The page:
Nancy F. Koehn, an authority on entrepreneurial history, is the James E. Robison Professor of Business Administration at Harvard Business School. Koehn's research focuses on leading in turbulent times and the social and economic impact of entrepreneurship.
She is currently working on a book about the most important leadership lessons from Abraham Lincoln and another on social entrepreneurs. Her upcoming book, The Story of American Business: From the Pages of the New York Times (2009), sketches some of the most important people and moments from the last 150 years of U.S. business history. Koehn's most recent book, Brand New: How Entrepreneurs Earned Consumers' Trust from Wedgwood to Dell (2001) examined six entrepreneurial visionaries who have created powerful brands and best-of-class companies in moments of great change.
Koehn consults with many companies on a range of issues including leadership development, effective brand stewardship, and customer relationship management.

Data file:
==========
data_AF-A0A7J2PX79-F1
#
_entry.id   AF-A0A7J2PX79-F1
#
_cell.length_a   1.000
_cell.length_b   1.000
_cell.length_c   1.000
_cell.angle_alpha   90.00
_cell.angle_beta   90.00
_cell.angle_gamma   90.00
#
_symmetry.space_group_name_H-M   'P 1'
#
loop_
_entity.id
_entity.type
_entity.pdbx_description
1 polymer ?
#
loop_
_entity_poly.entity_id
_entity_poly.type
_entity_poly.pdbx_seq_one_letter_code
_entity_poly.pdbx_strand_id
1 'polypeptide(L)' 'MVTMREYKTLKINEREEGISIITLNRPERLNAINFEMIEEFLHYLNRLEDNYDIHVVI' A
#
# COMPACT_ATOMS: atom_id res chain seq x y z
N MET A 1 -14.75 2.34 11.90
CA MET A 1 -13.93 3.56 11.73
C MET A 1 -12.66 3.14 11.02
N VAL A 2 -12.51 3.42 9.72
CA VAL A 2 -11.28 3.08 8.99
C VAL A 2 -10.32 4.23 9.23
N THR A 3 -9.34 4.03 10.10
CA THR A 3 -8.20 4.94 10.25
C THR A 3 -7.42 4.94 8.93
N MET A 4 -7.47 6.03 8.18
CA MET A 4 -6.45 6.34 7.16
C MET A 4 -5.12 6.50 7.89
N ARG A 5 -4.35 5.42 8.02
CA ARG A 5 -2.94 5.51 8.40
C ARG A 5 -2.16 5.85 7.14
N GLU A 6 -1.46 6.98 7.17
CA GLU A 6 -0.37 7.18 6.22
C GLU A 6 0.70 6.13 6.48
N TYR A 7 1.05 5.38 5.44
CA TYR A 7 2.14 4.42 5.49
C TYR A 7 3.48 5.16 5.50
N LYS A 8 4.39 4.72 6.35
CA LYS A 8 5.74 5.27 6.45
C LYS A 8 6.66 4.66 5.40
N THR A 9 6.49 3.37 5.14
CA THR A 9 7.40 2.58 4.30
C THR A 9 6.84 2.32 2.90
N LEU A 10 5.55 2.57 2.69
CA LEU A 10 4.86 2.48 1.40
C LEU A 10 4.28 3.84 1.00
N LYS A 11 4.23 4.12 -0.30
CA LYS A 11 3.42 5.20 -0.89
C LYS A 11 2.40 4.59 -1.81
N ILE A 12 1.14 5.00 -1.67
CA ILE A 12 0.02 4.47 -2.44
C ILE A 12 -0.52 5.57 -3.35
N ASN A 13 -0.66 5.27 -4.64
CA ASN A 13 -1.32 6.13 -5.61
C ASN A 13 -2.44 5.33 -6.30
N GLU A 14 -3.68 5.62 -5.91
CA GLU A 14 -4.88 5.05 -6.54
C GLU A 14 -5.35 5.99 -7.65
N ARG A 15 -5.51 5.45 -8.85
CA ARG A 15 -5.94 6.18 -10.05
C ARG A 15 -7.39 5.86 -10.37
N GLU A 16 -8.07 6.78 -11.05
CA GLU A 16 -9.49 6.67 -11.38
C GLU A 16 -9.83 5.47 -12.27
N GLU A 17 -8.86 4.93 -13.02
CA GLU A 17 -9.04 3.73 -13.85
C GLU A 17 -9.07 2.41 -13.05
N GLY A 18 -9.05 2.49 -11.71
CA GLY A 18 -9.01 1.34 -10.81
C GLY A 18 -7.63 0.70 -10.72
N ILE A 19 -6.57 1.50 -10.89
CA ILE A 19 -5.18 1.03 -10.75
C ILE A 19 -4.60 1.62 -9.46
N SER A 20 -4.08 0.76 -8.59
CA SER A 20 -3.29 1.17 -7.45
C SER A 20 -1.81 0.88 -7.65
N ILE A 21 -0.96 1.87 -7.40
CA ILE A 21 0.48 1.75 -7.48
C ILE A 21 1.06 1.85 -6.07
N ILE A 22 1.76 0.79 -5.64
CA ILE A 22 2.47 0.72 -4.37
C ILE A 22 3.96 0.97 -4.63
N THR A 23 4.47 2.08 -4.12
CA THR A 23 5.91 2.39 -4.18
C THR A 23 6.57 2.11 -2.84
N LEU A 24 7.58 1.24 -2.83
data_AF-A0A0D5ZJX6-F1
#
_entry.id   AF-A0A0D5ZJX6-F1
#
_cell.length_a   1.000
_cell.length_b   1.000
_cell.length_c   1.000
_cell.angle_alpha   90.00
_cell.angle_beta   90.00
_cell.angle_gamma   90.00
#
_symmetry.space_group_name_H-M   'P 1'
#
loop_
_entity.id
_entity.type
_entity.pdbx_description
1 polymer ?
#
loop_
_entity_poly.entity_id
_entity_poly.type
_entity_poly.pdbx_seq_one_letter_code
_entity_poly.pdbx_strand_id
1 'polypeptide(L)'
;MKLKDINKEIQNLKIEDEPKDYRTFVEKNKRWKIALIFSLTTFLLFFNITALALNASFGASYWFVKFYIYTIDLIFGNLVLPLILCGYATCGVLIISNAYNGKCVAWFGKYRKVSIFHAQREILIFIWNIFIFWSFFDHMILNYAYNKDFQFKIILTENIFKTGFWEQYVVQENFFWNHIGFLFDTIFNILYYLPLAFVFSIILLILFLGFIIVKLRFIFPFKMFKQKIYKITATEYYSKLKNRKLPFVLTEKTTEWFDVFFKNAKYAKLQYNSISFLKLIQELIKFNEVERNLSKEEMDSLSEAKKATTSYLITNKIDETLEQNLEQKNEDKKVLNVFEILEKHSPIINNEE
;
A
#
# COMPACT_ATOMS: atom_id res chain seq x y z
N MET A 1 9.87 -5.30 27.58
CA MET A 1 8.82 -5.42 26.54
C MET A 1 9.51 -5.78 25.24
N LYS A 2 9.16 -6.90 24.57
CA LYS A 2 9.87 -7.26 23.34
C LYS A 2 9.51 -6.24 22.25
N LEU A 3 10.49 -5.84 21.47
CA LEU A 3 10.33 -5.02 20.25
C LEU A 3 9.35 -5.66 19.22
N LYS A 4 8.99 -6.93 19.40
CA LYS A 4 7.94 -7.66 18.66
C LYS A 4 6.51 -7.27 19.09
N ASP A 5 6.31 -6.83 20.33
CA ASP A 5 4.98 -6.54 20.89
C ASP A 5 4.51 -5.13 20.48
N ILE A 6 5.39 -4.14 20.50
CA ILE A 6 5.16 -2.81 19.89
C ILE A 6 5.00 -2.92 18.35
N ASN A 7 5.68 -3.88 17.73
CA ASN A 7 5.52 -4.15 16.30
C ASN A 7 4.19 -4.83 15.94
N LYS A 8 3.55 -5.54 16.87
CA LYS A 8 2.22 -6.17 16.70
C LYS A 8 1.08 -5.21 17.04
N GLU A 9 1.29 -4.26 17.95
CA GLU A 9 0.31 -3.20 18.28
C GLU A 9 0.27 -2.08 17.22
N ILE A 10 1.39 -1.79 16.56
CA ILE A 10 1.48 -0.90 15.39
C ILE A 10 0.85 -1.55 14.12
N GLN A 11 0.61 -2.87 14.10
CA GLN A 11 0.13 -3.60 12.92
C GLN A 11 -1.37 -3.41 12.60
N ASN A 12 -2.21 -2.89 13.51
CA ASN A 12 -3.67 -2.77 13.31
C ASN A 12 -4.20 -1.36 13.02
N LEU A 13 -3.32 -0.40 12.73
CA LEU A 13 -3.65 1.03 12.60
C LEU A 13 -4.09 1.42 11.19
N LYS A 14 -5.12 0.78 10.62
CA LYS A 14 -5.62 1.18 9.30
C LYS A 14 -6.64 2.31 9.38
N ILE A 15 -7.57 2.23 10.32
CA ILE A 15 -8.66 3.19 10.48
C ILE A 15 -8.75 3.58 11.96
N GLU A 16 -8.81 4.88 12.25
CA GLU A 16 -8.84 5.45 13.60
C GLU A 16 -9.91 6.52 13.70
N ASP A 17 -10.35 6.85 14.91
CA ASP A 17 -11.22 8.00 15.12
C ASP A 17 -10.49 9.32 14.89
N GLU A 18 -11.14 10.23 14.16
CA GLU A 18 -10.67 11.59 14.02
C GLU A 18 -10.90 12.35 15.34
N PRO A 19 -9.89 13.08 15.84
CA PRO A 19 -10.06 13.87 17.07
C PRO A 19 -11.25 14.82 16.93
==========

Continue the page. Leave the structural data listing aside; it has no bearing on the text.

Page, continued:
The first thing I’ve learned about leading an extraordinary life is you don’t ride the jumps in your path, you ride the path itself.
I think the more transparent that the world gets, enabled largely by technology, the more important it is that you are what you appear to be.
Shakespeare's Henry V is a play full of great motivational speeches and inspiring leadership. Based on actual historical events of the 15th century, the play centers around the climactic Battle of Agincourt, in...